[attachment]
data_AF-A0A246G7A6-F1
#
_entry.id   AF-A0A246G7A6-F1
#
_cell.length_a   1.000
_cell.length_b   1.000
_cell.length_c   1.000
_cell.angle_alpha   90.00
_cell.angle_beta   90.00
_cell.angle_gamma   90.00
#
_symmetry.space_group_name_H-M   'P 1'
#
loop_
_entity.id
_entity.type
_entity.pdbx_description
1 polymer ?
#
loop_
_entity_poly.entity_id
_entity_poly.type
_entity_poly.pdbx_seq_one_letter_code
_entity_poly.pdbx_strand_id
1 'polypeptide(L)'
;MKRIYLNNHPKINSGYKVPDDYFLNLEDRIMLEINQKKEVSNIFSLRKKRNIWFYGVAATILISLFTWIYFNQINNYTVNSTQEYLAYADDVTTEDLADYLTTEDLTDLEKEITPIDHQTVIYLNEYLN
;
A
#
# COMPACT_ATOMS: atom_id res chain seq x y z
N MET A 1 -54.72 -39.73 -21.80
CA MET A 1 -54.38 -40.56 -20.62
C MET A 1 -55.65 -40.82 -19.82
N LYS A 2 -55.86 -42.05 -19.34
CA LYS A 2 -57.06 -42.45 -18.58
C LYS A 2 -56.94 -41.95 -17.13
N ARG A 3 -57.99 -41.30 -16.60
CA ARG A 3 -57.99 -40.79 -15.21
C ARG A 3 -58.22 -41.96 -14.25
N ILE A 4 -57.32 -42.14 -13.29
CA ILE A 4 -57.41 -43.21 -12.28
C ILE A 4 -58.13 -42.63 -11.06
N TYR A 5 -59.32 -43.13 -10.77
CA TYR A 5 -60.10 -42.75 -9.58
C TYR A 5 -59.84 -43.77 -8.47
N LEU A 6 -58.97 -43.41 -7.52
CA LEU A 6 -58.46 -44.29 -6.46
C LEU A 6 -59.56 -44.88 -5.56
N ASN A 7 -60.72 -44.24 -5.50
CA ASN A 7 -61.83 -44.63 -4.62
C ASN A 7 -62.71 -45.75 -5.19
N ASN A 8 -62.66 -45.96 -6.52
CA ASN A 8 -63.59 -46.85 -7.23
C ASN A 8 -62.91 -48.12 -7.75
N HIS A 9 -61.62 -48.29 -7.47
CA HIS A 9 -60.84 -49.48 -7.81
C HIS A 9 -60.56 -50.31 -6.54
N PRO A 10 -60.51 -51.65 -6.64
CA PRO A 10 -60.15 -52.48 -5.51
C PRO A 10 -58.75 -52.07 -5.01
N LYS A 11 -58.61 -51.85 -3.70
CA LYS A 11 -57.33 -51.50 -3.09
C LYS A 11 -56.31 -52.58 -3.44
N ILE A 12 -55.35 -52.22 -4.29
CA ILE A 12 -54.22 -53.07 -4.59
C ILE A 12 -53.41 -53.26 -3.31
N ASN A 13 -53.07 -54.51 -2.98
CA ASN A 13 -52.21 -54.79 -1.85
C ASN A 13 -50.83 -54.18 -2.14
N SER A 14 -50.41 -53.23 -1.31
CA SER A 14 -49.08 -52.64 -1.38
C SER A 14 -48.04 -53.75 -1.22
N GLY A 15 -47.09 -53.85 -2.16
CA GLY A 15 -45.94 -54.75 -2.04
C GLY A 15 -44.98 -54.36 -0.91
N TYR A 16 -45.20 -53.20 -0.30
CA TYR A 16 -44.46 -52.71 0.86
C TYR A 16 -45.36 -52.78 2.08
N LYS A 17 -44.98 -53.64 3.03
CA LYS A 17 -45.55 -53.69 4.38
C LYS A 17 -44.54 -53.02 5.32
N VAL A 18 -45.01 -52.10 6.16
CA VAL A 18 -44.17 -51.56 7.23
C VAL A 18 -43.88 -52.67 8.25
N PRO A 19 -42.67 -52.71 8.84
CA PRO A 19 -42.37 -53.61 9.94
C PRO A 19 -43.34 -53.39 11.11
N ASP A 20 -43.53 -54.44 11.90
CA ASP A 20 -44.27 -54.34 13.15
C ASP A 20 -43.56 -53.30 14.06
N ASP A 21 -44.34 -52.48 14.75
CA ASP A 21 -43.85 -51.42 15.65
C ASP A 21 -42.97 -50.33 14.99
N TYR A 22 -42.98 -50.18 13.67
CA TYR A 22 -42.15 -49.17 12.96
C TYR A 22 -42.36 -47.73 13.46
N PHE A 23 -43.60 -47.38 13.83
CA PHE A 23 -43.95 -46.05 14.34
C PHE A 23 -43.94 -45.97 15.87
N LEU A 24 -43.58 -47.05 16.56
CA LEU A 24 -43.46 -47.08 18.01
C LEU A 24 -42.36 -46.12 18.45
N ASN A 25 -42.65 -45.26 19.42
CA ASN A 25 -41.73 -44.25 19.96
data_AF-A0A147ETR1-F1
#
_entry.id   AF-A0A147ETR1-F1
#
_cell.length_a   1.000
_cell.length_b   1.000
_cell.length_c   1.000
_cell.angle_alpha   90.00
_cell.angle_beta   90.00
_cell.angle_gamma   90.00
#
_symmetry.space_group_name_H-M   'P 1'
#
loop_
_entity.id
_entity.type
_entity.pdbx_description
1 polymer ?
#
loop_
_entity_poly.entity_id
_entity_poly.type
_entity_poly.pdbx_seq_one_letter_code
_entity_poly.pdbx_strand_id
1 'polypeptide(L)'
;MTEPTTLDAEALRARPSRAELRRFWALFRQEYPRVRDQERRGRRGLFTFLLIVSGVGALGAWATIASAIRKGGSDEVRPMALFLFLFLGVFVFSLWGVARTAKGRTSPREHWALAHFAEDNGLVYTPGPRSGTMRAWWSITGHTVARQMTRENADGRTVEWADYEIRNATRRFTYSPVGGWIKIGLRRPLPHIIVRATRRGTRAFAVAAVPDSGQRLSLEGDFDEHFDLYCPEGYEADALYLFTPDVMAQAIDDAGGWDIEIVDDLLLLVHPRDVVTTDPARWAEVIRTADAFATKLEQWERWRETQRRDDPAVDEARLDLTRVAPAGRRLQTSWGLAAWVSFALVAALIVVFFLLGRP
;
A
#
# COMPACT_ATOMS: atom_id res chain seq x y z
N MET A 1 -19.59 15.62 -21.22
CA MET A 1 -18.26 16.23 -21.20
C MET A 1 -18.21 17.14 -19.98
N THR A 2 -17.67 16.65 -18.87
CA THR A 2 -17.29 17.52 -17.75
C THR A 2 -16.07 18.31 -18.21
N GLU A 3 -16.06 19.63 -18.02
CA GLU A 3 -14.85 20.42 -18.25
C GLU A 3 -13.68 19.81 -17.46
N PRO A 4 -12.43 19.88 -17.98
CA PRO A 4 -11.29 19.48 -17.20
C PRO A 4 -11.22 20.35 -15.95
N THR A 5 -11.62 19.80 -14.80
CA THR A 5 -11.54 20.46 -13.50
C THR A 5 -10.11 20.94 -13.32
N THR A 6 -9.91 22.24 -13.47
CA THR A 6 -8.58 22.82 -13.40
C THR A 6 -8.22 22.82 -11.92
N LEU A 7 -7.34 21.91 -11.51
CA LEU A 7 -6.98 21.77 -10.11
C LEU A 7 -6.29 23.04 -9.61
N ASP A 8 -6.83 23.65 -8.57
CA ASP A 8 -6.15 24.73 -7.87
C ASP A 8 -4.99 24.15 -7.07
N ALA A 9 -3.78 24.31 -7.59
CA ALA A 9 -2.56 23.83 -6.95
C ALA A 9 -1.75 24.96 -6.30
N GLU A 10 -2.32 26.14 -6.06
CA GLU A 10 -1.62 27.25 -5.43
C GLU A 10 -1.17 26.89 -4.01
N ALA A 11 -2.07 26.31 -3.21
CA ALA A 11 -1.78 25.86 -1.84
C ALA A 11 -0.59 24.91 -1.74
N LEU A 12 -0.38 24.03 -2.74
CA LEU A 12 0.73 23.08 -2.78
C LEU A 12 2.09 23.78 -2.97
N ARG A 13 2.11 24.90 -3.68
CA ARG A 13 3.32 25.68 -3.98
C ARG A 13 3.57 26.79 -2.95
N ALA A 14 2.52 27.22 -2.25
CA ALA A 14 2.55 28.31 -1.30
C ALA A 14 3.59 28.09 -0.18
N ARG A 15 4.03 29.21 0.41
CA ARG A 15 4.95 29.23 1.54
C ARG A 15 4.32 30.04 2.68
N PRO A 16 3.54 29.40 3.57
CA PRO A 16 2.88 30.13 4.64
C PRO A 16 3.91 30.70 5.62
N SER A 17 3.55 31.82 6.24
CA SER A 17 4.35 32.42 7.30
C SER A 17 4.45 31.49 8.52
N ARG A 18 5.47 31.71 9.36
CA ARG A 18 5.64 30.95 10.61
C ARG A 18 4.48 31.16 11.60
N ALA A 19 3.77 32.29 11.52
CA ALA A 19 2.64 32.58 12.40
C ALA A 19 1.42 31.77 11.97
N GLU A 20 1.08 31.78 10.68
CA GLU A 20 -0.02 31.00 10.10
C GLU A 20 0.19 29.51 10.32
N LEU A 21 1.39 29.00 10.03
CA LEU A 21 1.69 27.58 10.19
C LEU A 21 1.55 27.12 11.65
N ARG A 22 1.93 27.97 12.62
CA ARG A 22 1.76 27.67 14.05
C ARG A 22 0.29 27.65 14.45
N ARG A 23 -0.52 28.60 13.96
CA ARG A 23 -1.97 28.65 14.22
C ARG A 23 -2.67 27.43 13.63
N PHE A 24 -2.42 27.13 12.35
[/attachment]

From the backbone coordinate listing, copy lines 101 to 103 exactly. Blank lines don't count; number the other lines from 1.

CA LEU A 24 -43.46 -47.08 18.01
C LEU A 24 -42.36 -46.12 18.45
N ASN A 25 -42.65 -45.26 19.42